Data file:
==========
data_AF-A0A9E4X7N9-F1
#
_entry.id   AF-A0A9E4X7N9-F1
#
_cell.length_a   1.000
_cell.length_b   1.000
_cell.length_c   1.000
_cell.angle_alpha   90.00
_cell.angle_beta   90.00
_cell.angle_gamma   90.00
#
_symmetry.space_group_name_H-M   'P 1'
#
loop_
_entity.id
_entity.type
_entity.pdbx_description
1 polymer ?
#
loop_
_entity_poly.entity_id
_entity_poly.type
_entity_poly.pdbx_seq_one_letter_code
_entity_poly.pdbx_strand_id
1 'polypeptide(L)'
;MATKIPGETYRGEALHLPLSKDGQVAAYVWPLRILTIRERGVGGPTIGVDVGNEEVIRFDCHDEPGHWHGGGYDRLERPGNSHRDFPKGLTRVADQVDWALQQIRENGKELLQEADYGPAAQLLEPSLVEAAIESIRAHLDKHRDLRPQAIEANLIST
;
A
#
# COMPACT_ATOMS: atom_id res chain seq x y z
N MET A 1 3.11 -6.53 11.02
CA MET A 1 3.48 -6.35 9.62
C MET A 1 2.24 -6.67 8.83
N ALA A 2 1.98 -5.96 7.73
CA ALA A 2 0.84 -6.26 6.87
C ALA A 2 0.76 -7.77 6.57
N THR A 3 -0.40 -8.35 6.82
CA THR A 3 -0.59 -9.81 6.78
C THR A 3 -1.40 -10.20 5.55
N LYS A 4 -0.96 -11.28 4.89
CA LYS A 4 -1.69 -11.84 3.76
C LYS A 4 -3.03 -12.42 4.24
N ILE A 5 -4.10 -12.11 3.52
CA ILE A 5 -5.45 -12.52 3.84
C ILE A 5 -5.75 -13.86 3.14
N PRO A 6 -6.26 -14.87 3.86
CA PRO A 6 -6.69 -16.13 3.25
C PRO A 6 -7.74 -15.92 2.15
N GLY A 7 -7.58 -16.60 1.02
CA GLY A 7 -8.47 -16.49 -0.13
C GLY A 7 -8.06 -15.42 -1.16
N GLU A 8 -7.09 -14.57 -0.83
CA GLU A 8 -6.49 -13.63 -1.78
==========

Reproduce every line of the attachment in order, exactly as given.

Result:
data_AF-A0A9E4X7N9-F1
#
_entry.id   AF-A0A9E4X7N9-F1
#
_cell.length_a   1.000
_cell.length_b   1.000
_cell.length_c   1.000
_cell.angle_alpha   90.00
_cell.angle_beta   90.00
_cell.angle_gamma   90.00
#
_symmetry.space_group_name_H-M   'P 1'
#
loop_
_entity.id
_entity.type
_entity.pdbx_description
1 polymer ?
#
loop_
_entity_poly.entity_id
_entity_poly.type
_entity_poly.pdbx_seq_one_letter_code
_entity_poly.pdbx_strand_id
1 'polypeptide(L)'
;MATKIPGETYRGEALHLPLSKDGQVAAYVWPLRILTIRERGVGGPTIGVDVGNEEVIRFDCHDEPGHWHGGGYDRLERPGNSHRDFPKGLTRVADQVDWALQQIRENGKELLQEADYGPAAQLLEPSLVEAAIESIRAHLDKHRDLRPQAIEANLIST
;
A
#
# COMPACT_ATOMS: atom_id res chain seq x y z
N MET A 1 3.11 -6.53 11.02
CA MET A 1 3.48 -6.35 9.62
C MET A 1 2.24 -6.67 8.83
N ALA A 2 1.98 -5.96 7.73
CA ALA A 2 0.84 -6.26 6.87
C ALA A 2 0.76 -7.77 6.57
N THR A 3 -0.40 -8.35 6.82
CA THR A 3 -0.59 -9.81 6.78
C THR A 3 -1.40 -10.20 5.55
N LYS A 4 -0.96 -11.28 4.89
CA LYS A 4 -1.69 -11.84 3.76
C LYS A 4 -3.03 -12.42 4.24
N ILE A 5 -4.10 -12.11 3.52
CA ILE A 5 -5.45 -12.52 3.84
C ILE A 5 -5.75 -13.86 3.14
N PRO A 6 -6.26 -14.87 3.86
CA PRO A 6 -6.69 -16.13 3.25
C PRO A 6 -7.74 -15.92 2.15
N GLY A 7 -7.58 -16.60 1.02
CA GLY A 7 -8.47 -16.49 -0.13
C GLY A 7 -8.06 -15.42 -1.16
N GLU A 8 -7.09 -14.57 -0.83
CA GLU A 8 -6.49 -13.63 -1.78